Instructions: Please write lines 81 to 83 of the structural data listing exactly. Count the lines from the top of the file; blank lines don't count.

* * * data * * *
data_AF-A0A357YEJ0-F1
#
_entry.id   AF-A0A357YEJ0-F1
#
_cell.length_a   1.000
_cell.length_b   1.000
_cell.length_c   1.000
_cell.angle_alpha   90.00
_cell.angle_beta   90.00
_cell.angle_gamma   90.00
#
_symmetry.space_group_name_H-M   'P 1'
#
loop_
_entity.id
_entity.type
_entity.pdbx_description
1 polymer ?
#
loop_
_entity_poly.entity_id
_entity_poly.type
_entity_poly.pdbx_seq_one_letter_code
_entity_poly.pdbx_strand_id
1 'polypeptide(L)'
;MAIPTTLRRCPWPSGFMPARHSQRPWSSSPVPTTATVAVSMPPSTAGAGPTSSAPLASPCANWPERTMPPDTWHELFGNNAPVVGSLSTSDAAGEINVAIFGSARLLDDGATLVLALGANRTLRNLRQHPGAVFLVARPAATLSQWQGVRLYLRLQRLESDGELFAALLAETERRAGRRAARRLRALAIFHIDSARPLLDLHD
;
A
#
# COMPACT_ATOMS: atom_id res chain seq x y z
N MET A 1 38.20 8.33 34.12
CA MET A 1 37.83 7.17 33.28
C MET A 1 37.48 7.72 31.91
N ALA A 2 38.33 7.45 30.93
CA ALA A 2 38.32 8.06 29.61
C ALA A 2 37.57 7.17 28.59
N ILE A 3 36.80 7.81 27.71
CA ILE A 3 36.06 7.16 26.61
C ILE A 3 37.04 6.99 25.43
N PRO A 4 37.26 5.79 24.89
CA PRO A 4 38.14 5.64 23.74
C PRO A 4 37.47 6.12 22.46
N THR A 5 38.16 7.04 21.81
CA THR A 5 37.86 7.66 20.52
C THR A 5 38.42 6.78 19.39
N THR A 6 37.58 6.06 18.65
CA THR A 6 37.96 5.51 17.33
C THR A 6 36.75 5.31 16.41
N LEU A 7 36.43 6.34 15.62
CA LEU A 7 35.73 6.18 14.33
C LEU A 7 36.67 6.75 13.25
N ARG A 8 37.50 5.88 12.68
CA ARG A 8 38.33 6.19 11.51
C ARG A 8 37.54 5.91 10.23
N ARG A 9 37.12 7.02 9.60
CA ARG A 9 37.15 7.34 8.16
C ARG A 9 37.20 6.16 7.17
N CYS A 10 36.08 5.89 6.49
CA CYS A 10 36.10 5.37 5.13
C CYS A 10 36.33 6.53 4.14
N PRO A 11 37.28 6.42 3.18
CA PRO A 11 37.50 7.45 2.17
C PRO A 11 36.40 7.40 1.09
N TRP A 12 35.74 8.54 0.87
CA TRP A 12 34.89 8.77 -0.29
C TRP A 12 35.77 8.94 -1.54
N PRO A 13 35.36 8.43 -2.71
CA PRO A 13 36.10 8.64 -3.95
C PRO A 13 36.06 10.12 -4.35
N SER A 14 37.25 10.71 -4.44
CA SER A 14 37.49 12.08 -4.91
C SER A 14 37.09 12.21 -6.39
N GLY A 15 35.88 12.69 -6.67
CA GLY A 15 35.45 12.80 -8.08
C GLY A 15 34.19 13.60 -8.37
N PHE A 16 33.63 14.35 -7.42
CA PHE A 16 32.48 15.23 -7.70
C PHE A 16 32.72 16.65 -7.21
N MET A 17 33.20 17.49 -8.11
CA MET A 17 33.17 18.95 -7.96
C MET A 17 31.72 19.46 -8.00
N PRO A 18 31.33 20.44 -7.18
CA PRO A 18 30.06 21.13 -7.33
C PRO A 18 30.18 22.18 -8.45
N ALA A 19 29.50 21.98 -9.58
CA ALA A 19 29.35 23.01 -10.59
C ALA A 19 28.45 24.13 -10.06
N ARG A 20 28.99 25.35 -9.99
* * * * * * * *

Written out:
C MET A 17 31.72 19.46 -8.00
N PRO A 18 31.33 20.44 -7.18
CA PRO A 18 30.06 21.13 -7.33